SINGAPORE - Some employers include unfair clauses in employment contracts, abusing the vulnerable position the workers might be in, said labour MP Zainal Sapari in a blog post on Wednesday (Oct 30).
He called for more education on such contracts for both employers and employees, and suggested the Ministry of Manpower (MOM) or Tripartite Alliance for Dispute Management consider starting a watchlist of companies found to have unfair clauses in these contracts.
Administrative penalties should be imposed on them, he said, adding that MOM could consider a cooling-off period of say, up to five working days to allow workers to rescind an employment contract they have signed, without penalty.
"Due to the challenging business environment, there are employers who may resort to underhand practices or tactics to address the problems they are facing, but to the possible detriment of the workers," Mr Zainal, who is a National Trades Union Congress assistant secretary-general, said in his post on NTUC blog LabourBeat.
"Workers who were not properly advised of their legal rights would likely bend to the unreasonable demands of an employer with substantially more resources. As such, there is an urgent need for the tripartite partners to provide greater clarity and guidance on fair and proper contracting practices," he added.
Mr Zainal said he has come across three main types of unethical clauses: requiring workers to pay liquidated damages incurred by the company, requiring compensation when the contract is terminated, and excessive non-competitive or restraint of trade clauses.
The first is often found in outsourced services such as cleaning and security, where companies have to pay liquidated damages if they do not fulfil terms of contract with the service buyers. These damages are often reflected in employment contracts, and some employers resort to passing on the cost to workers.
Although the MOM website states that salary deductions for liquidated damages must not be made even if employees had given their consent, some vulnerable, low-wage workers are unaware of their rights or are afraid to report their employers for fear of losing their rice bowls, said Mr Zainal.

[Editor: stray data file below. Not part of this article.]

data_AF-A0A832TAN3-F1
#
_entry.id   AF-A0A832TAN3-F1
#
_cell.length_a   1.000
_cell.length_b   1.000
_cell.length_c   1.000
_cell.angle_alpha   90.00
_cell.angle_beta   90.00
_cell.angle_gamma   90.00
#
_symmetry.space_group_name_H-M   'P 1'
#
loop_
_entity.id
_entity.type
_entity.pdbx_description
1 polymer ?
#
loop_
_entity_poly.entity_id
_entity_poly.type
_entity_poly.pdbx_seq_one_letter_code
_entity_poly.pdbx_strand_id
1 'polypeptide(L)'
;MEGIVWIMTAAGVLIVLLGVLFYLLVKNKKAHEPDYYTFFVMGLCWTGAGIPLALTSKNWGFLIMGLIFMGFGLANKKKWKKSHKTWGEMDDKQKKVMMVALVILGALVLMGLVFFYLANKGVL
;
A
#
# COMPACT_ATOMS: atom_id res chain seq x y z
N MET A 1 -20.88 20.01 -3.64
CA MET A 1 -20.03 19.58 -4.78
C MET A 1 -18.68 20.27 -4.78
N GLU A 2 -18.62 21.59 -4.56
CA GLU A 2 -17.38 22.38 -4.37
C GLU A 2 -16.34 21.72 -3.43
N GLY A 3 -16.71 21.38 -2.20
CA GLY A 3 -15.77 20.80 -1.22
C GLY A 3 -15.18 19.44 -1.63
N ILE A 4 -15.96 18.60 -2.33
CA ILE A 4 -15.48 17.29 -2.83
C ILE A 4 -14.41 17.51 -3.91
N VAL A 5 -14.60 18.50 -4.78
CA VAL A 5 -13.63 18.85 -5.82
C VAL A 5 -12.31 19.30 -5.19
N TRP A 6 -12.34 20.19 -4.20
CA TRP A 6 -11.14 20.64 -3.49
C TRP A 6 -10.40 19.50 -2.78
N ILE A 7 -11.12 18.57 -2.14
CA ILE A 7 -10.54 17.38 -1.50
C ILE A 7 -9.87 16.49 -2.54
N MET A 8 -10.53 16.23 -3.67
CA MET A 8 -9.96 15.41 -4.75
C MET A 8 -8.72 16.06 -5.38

An example of the second type of clauses is a trainer earning a basic pay of $2,000 a month, and whose contract states that if he quits his job before a year is up he would have to pay his employer a penalty of $50 per calendar day from the date of termination notice until the one-year term - regardless of whether he or the employer initiated the termination.
Finally, for non-competitive clauses, Mr Zainal said he had come across a fresh graduate offered a job paying a good salary, but the contract had a clause that required her to pay $100,00 in liquidated damages if she resigned and moved to another company in the same industry.
If the case went to court, the clause is likely to be held invalid as $100,000 seems excessive and may be deemed to be a penalty clause, he added.
But it would be a painful and mentally draining process for workers to challenge the employer in court, he said.
One security agency also used the "restraint of trade" clause - which is meant to prevent senior managers from competing with the company after they leave - on rank-and-file workers.
It said a security officer found to be working for another agency within four months of leaving the company would be taken to court. Unfortunately, when the matter went to court, the security officers were not represented by legal counsel and did not contest the employer's claim.
"If the worker had challenged the claim, most likely the courts would stop such restraint of trade clauses from being imposed on non-critical or rank-and-file employees. The law is on the workers' side in this aspect but, the only thing is that workers must take it to the courts if challenged by their employer, which, unfortunately, many low-wage or vulnerable workers are not prone to doing," said Mr Zainal.